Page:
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Job Stability and Labor Mobility in Urban Mexico: A Study Based on Duration Models and Transition Analysis

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  • Angel Calderon Madrid

Abstract

Can the relatively slow growth of the formal sector in Mexico during the 1990s be attributed to a rigid labor market and to low turnover rates? Is the increasing share of workers in the informal sector and of self-employed workers evidence of market segmentation, and hence a source of inequality and poverty? Or, as suggested by Maloney (1997), could the relatively large and symmetric flows of workers among all sectors (formal, informal, self-employed, unemployed, etc. ) be more consistent with a well-integrated market where workers search across sectors for job opportunities than one where informal workers seek permanent status in the formal sector and stay until they retire?[1] [1] Maloney, (1997, p. 13).

Suggested Citation

  • Angel Calderon Madrid, 2000. "Job Stability and Labor Mobility in Urban Mexico: A Study Based on Duration Models and Transition Analysis," Research Department Publications 3117, Inter-American Development Bank, Research Department.
  • Handle: RePEc:idb:wpaper:3117
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    References listed on IDEAS

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    1. Kiefer, Nicholas M, 1988. "Economic Duration Data and Hazard Functions," Journal of Economic Literature, American Economic Association, vol. 26(2), pages 646-679, June.
    2. Farber, Henry S, 1994. "The Analysis of Interfirm Worker Mobility," Journal of Labor Economics, University of Chicago Press, vol. 12(4), pages 554-593, October.
    3. Christopher J. Flinn & James J. Heckman, 1982. "Models for the Analysis of Labor Force Dynamics," NBER Working Papers 0857, National Bureau of Economic Research, Inc.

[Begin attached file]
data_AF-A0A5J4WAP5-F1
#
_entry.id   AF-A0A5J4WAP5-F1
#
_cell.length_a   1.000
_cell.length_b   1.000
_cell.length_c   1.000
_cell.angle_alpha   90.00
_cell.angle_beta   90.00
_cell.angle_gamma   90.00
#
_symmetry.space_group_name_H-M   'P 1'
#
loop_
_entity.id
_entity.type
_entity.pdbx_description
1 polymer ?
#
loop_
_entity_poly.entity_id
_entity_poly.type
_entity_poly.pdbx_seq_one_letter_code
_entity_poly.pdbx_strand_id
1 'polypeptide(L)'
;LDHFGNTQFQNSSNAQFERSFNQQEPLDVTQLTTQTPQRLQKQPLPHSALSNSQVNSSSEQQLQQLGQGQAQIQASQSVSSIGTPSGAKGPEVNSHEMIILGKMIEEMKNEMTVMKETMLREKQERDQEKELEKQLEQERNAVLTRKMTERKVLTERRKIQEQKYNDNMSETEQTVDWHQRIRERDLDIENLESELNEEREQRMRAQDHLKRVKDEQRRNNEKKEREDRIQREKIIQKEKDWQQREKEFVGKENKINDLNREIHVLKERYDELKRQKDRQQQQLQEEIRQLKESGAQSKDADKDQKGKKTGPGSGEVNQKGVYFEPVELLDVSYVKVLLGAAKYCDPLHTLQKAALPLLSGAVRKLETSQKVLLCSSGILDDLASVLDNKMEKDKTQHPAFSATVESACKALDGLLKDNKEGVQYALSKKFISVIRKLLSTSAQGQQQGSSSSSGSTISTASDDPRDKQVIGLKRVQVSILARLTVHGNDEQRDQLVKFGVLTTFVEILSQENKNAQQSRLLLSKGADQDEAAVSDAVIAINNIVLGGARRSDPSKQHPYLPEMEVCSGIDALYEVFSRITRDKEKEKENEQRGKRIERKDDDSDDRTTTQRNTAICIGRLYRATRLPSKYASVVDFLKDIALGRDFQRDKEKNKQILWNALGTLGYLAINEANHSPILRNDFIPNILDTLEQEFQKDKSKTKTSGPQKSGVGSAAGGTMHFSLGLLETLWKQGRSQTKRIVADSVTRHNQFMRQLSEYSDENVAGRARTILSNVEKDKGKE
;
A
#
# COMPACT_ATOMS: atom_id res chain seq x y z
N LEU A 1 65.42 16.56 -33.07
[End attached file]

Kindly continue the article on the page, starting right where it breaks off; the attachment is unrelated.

4. Daniel Cohen & Arnaud Lefranc & Gilles Saint-Paul, 1997. "French unemployment: a transatlantic perspective," Economic Policy, CEPR;CES;MSH, vol. 12(25), pages 265-292, October.
    5. Revenga, Ana & Riboud, Michelle & Tan, Hong, 1994. "The Impact of Mexico's Retraining Program on Employment and Wages," World Bank Economic Review, World Bank Group, vol. 8(2), pages 247-277, May.
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    Cited by:

    1. Aysit Tansel & Elif Öznur Acar, 2017. "Labor mobility across the formal/informal divide in Turkey: Evidence from individual-level data," Journal of Economic Studies, Emerald Group Publishing, vol. 44(4), pages 617-635, September.
    2. Sílvio Rendon & Alfredo Cuecuecha, 2010. "International job search: Mexicans in and out of the US," Review of Economics of the Household, Springer, vol. 8(1), pages 53-82, March.
    3. Miguel Jaramillo & Jaime Saavedra, 2005. "Severance Payment Programs in Latin America," Empirica, Springer;Austrian Institute for Economic Research;Austrian Economic Association, vol. 32(3), pages 275-307, September.
    4. Julie Anderson Schaffner, 2001. "Turnover and Job Training in Developing and Developed Countries: Evidence from Colombia and the United States," Boston University - Department of Economics - The Institute for Economic Development Working Papers Series dp-115, Boston University - Department of Economics.
    5. Eliane El Badaoui & Eric Strobl & Frank Walsh, 2008. "Is There an Informal Employment Wage Penalty? Evidence from South Africa," Economic Development and Cultural Change, University of Chicago Press, vol. 56, pages 683-710.

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